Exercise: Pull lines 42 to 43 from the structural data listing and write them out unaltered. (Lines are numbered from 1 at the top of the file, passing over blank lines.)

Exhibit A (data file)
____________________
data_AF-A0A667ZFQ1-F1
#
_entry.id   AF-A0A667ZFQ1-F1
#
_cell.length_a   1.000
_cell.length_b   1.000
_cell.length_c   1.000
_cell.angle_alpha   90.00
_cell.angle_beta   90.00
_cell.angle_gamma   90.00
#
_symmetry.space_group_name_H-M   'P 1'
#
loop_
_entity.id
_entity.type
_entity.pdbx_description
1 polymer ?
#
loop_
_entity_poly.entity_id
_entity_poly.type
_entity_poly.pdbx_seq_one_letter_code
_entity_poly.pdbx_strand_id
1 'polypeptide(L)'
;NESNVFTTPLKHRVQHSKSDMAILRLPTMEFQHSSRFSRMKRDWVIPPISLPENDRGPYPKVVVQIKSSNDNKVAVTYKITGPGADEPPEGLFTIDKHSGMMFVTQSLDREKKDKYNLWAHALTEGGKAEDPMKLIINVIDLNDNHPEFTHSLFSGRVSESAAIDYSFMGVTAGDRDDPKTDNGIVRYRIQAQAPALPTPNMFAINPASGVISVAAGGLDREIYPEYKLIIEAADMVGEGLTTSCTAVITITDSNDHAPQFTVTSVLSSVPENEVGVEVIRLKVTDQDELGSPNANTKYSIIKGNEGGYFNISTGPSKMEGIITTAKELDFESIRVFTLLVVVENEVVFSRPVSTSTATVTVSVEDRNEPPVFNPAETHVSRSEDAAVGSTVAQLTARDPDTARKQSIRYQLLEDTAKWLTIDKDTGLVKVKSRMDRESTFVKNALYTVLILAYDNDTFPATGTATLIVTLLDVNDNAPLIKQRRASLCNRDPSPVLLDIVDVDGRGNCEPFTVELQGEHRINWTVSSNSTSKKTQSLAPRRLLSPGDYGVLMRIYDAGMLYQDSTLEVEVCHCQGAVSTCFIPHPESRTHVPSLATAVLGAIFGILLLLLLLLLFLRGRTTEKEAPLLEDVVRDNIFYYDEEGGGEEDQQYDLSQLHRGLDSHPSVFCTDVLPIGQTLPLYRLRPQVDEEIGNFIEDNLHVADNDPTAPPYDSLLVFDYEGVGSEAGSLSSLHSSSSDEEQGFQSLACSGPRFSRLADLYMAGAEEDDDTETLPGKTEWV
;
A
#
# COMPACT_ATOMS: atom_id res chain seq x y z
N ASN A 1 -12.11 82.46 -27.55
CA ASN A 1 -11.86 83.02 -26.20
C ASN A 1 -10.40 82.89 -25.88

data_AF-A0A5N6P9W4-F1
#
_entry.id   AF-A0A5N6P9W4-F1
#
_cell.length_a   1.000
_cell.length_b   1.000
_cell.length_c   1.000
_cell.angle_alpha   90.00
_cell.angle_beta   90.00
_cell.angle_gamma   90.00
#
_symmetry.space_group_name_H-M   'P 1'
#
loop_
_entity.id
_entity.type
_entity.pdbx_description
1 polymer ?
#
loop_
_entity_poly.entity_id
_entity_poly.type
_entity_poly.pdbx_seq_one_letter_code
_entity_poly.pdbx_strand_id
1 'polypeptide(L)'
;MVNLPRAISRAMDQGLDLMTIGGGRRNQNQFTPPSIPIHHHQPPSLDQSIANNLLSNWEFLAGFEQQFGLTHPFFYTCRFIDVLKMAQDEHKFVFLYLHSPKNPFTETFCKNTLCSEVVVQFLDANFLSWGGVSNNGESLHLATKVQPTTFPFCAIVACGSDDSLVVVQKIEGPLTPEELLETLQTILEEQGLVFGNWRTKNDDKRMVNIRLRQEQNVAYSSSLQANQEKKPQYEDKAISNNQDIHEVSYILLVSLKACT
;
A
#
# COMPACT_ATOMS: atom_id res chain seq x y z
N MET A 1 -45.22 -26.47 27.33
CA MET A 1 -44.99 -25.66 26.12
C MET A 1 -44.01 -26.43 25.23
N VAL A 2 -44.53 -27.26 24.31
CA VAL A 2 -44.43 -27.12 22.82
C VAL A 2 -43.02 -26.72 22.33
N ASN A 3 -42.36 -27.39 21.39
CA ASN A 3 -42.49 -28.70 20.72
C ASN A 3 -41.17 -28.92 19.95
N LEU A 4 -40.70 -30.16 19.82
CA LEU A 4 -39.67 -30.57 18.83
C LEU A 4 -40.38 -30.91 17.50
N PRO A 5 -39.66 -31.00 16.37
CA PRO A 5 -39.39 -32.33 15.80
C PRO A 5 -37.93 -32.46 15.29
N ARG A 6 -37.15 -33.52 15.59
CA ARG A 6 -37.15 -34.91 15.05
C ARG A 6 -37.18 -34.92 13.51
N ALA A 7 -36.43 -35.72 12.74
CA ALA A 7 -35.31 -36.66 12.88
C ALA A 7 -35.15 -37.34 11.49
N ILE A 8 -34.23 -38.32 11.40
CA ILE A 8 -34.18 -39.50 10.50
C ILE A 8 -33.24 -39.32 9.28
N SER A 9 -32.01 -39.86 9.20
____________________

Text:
_cell.angle_beta   90.00
_cell.angle_gamma   90.00